I'm going to show you how to create a template containing your own personalized settings that will be applied to all new workbooks and worksheets.

When you open a new workbook, Excel uses a workbook template with default settings such as three worksheets, column widths of 8.43, no headers and footers, default print margins, etc... When you insert a sheet into a workbook, Excel uses a worksheet template with similar default settings.

Here's how to create your own personalized templates so that every new workbook and worksheet will already have the settings you want.

1) Open a blank workbook;

3) Delete all sheet tabs except for one;

4) If you want to change the default formatting of your worksheet cells, such as the font face, font size, number formats, etc..., on theHome tab, click the Cell Styles command in the Styles group. Then right click the Normal style and choose Modify. Click the Format button and make any changes you like to the default style and click OK;

5) Next, to select your preferred print settings, click the Page Layout tab. Make all the changes you want your default worksheets to have (i.e. margins, headers/footers, etc...);


Personalizing Your Default Worksheets?
·  Want a Custom Header or Footer to appear on every new worksheet? On the Page Layout tab, click the Dialog Launcher (small arrow on bottom right corner of 'Page Setup' group) and click the Header/Footer tab.
·  Want all new sheets to fit your data one page wide? From the Page Layout tab, select 1 Page in the Width field of the 'Scale to Fit' group.
·  Don't like the current print margins? On the Page Layout tab, click the Margins command in the 'Page Setup' group, then click Custom Margins...
·  Would you prefer the default orientation of all new sheets to be Landscape? On the Page Layout tab, click the Orientation command in the Page Setup group.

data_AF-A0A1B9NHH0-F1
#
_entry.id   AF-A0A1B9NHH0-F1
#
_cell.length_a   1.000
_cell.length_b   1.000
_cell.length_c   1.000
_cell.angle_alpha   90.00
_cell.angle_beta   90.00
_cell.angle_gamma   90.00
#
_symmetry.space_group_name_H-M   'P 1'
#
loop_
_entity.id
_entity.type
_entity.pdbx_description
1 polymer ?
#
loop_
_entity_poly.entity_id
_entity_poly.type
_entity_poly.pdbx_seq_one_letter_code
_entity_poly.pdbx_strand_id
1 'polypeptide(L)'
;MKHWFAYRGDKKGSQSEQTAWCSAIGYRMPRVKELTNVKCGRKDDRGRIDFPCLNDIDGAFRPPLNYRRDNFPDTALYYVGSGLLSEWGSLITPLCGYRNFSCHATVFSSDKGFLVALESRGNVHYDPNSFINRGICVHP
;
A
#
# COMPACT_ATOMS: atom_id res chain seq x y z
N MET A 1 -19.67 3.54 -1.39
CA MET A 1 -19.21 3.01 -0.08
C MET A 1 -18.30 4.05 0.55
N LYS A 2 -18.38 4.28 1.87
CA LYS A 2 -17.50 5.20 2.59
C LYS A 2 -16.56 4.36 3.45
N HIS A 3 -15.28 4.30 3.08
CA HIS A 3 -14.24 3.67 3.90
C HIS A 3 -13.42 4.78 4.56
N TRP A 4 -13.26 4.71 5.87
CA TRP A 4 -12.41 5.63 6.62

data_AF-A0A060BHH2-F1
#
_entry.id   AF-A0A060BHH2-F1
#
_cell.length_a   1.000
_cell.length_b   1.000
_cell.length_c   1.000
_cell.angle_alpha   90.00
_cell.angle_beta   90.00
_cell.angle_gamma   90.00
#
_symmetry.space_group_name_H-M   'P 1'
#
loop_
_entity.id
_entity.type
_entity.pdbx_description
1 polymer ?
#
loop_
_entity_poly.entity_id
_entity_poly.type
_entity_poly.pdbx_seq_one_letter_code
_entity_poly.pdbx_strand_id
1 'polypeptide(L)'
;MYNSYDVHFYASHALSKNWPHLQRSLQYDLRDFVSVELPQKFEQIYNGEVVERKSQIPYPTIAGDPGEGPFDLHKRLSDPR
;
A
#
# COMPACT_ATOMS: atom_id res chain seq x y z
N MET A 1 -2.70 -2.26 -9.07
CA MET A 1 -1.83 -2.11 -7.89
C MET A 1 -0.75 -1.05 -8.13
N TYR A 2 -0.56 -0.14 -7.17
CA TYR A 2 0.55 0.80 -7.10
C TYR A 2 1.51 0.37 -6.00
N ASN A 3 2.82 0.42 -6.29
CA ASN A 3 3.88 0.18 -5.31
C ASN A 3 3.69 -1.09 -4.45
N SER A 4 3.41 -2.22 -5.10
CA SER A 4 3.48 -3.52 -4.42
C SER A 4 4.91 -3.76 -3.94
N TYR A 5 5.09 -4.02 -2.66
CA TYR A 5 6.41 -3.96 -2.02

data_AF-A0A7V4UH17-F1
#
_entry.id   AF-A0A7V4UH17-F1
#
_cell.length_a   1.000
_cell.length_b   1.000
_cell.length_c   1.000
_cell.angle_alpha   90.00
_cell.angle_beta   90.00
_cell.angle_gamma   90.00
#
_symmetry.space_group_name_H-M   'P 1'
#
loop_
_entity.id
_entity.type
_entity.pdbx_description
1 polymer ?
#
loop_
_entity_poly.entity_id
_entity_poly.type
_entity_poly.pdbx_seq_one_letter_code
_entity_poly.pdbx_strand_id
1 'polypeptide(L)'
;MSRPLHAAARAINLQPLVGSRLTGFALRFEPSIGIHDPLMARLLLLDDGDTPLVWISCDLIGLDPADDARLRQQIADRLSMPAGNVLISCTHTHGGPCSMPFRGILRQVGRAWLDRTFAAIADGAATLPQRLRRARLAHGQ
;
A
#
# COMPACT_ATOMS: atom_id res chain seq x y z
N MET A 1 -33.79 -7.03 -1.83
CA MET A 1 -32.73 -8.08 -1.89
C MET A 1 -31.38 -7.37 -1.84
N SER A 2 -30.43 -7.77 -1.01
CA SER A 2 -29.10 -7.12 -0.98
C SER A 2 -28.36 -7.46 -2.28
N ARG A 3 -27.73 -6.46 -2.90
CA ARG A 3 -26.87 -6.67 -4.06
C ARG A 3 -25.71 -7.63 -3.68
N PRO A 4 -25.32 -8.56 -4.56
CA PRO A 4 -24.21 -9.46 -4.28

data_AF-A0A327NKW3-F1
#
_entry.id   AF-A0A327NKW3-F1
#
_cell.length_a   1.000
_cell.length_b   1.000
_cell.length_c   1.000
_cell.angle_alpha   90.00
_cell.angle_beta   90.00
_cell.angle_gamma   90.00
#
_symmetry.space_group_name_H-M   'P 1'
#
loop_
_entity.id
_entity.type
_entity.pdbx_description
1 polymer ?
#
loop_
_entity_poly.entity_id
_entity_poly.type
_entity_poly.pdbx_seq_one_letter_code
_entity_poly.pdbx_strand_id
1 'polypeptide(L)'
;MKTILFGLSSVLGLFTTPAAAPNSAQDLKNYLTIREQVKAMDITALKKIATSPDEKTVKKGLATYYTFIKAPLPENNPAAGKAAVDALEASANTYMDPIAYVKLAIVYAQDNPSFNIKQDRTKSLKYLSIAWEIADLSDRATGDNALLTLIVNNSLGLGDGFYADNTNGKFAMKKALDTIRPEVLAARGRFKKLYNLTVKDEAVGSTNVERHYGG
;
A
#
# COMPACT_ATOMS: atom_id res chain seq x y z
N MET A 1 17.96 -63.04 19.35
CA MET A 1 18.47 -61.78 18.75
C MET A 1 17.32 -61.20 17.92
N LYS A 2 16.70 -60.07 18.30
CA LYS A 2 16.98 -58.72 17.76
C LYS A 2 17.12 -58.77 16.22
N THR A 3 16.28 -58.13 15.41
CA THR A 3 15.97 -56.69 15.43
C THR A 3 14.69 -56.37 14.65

·  Don't like gridlines displayed in your worksheets? Click the View tab and uncheck Gridlines in the Show group.



6) When you have selected all of the custom settings for your default worksheets, click cell A1 to make it the active cell for all new worksheets;

7) Next, you need to save this custom worksheet as a template in your XLSTART folder. Click the File tab and Save As. In the Save as Type dropdown on the bottom of the dialog box, select Excel Template (*.xltx) and browse to the XLSTART folder.


Locating Your XLSTART folder

In Windows 7 you'll find your XLSTART folder at...
C:\Users\username\AppData\Roaming\Microsoft\Excel\

In Windows XP you'll find it at...
C:\Documents and Settings\username\Application Data\Microsoft\Excel\XLSTART

Another option for quickly locating your XLSTART folder is to type or paste the following command into the Windows Explorer Address Bar or even into the 'File Name' field of Excel's Save As or Open dialog boxes and press Enter.
%APPDATA%\Microsoft\Excel\XLSTART

Easily locate your XLSTART directory / folder
Or try this...

1. Press ALT+F11 to open the Visual Basic Editor;
2. Press ALT+G to open the Immediate window;